City Research Online

Measuring subjective health perceptions: Insights from psychological theory and social research - Volume 1

Hope, S. C. (2007). Measuring subjective health perceptions: Insights from psychological theory and social research - Volume 1. (Unpublished Doctoral thesis, City, University of London)


The central premise of this thesis is that the generation of a response to a questionnaire item on subjective health perceptions is highly complex, dynamic, and contextualised within an individual’s unique frame of reference. Consequently, an integrative framework for the investigation of response processes and subjective health was adopted, informed by psychological theory, and techniques drawn from qualitative, cognitive, survey and psychometric traditions.

The focus of research involved the detailed examination of a single health status measure, the SF-12v2 (a brief, multi-dimensional health status measure), completed by comparative samples of university and HIV participants (representing nominally healthy and health problem groups). The use of the SF-12v2 and the two samples allowed comparisons to be made between methods and samples throughout the research.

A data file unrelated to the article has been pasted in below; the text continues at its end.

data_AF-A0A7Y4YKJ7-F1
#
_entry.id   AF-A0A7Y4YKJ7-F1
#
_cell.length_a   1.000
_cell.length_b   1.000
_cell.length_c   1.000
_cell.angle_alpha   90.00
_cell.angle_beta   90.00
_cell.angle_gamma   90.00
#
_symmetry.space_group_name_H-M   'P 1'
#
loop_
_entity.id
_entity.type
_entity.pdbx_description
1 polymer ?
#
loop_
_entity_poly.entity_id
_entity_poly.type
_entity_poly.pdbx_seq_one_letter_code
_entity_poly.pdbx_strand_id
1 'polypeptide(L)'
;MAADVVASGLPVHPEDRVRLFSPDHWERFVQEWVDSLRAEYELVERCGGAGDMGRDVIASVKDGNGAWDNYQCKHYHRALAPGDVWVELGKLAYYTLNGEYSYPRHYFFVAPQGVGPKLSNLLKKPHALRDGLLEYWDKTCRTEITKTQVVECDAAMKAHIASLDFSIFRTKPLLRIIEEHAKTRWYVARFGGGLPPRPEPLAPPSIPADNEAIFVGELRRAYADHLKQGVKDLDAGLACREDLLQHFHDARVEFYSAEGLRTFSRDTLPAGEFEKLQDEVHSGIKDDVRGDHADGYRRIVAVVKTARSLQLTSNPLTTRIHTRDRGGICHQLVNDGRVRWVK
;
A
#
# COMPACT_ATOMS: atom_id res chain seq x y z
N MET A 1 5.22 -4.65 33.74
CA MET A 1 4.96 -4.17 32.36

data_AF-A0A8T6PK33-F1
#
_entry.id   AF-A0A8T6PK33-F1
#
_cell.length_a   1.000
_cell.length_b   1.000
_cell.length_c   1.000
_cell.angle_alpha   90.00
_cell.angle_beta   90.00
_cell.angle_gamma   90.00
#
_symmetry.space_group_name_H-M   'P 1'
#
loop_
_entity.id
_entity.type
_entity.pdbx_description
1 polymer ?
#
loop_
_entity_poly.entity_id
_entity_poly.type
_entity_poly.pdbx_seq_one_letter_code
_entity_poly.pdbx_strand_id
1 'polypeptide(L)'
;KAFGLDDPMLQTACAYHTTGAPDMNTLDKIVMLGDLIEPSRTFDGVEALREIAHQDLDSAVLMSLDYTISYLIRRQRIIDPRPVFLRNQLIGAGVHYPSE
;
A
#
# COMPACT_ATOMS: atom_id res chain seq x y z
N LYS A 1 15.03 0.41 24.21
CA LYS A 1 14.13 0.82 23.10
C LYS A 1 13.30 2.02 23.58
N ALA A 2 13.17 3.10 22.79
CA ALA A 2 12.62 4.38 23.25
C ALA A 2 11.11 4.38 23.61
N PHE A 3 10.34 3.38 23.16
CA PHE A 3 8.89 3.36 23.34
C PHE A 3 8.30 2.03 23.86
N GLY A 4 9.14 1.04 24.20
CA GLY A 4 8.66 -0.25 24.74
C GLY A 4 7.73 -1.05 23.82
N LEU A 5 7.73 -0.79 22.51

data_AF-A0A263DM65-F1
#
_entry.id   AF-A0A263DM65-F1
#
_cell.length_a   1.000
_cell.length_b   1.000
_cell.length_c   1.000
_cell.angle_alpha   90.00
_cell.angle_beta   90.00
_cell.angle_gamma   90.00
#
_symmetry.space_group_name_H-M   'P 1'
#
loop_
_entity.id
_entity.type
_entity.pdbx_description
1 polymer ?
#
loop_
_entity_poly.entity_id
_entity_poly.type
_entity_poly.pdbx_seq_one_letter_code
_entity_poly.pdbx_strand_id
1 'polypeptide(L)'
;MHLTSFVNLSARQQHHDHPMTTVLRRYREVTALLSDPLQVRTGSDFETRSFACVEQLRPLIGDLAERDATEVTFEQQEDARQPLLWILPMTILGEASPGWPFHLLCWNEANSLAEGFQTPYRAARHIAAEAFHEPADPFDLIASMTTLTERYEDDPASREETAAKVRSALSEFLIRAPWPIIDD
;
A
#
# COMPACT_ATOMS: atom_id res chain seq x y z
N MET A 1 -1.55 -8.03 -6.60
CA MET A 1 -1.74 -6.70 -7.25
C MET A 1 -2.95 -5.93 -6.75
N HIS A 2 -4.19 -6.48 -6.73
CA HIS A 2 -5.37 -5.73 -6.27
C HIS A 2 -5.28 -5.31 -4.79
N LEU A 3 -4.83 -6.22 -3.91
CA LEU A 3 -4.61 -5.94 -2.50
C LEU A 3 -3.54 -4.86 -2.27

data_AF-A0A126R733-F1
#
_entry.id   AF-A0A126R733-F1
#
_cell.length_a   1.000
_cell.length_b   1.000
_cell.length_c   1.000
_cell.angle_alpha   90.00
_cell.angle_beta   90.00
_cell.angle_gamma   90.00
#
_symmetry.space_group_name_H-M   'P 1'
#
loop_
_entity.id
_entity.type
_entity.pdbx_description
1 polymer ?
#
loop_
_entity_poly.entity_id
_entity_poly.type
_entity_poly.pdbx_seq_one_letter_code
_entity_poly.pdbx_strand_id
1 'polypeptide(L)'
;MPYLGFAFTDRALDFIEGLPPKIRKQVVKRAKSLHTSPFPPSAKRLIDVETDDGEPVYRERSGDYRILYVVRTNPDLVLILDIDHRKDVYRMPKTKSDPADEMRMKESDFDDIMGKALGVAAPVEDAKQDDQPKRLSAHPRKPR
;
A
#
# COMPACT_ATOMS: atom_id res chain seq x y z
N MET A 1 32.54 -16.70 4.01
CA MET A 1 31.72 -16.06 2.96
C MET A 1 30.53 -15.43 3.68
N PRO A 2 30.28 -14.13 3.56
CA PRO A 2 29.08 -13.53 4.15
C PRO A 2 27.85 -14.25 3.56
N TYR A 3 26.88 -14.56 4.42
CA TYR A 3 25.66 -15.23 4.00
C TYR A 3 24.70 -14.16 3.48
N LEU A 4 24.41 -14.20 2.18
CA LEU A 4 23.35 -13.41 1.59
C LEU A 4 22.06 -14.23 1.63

Qualitative (cognitive) techniques provided rich and useful information on response processes used when completing the health status measure, with considerable variation in item interpretation and clear contextual influences on response strategies employed. Nevertheless, differences in response processes between samples generally related to substantive health problems, which could be summarised and investigated quantitatively.

The quantitative research indicated that the SF-12v2 possessed generally good psychometric properties, although not identical for the two samples, and that the relationship between contextual factors, response process and response could be meaningfully examined. Finally, path analyses demonstrated that a unified model of response could be developed and tested, linking contextual factors, response strategy and SF-12v2 scores. The results showed that personality and objective health factors influenced physical and mental health scale scores, although direct and mediated pathways differed by outcome and sample.

In conclusion, this research framework has offered important insights into the response processes involved in the completion of a health status measure. The use of multiple qualitative and quantitative techniques has provided a more detailed understanding of response from different methodological perspectives. Nonetheless, further work is required to more fully develop this contextual model of response.

Publication Type: Thesis (Doctoral)
Subjects: H Social Sciences > HM Sociology
Departments: Doctoral Theses
School of Policy & Global Affairs
School of Policy & Global Affairs > Sociology & Criminology
[thumbnail of Hope thesis 2007 Vol 1 PDF-A.pdf]
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